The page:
Financial Engineering and Risk Management Part II

This course follows on from FE & RM Part I. We will consider portfolio optimization, risk management and some advanced examples of derivatives pricing that draw from structured credit, real options and energy derivatives. We will also cast a critical eye on how financial models are used in practice.

About The Course

Financial Engineering is a multidisciplinary field involving finance and economics, mathematics, statistics, engineering and computational methods.  The emphasis of FE & RM Part II will be on the use of simple stochastic models to (i) solve portfolio optimization problems  (ii) price derivative securities in various asset classes including equities and credit and (iii) consider some advanced applications of financial engineering including algorithmic trading and the pricing of real options. We will also consider the role that financial engineering played during the financial crisis. 

We hope that students who complete the course and the prerequisite course (FE & RM Part I) will have a good understanding of the "rocket science" behind financial engineering. But perhaps more importantly, we hope they will also understand the limitations of this theory in practice and why financial models should always be treated with a healthy degree of skepticism.  

Frequently Asked Questions

  • Will I get a statement of accomplishment after completing this class?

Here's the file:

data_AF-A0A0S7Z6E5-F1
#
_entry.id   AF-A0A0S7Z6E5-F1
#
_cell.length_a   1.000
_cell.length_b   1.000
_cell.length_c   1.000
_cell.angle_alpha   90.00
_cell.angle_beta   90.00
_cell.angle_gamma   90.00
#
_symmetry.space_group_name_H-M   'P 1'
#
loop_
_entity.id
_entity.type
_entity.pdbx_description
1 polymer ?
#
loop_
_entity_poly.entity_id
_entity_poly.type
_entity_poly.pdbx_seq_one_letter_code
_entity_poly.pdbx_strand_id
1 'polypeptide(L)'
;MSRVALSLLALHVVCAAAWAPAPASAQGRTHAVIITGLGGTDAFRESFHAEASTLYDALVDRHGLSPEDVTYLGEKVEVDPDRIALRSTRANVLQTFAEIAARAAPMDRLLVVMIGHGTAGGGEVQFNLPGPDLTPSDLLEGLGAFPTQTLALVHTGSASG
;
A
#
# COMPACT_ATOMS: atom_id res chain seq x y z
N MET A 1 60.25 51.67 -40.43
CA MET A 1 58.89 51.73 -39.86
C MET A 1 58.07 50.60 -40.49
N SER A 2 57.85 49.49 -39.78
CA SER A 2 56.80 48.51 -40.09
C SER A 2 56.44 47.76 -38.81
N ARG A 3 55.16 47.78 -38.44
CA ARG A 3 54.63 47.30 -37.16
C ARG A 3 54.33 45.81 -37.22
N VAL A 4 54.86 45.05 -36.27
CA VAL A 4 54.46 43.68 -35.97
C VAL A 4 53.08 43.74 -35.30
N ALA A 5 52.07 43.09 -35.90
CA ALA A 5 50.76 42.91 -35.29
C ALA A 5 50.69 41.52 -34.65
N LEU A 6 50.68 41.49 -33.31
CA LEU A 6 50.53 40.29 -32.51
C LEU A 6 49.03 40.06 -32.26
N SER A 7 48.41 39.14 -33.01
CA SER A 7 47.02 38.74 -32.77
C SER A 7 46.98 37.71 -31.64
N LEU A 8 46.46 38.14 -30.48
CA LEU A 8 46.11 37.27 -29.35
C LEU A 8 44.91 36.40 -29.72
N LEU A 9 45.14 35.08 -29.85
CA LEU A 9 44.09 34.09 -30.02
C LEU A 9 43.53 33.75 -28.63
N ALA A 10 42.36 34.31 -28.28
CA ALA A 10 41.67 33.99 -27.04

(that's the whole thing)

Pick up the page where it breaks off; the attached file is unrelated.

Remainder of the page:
Yes. Students who successfully complete the class will receive a statement of accomplishment signed by the instructors.

Recommended Background

Students should at some point have taken intermediate to advanced undergraduate courses in:  (i)  probability and statistics (ii) linear algebra and (iii) calculus. Students should also be comfortable with the material covered in FE & RM Part I.

With regards to programming, several of the assignments can be completed using Excel or other spreadsheet software. However some assignments will have questions for which spreadsheets are not suitable. Those questions will need to be completed using other software / languages such as R, Matlab, Python etc. it is our intention, however, to provide code fragments in some of these languages so that these assignments will be very accessible even to students with no prior programming experience.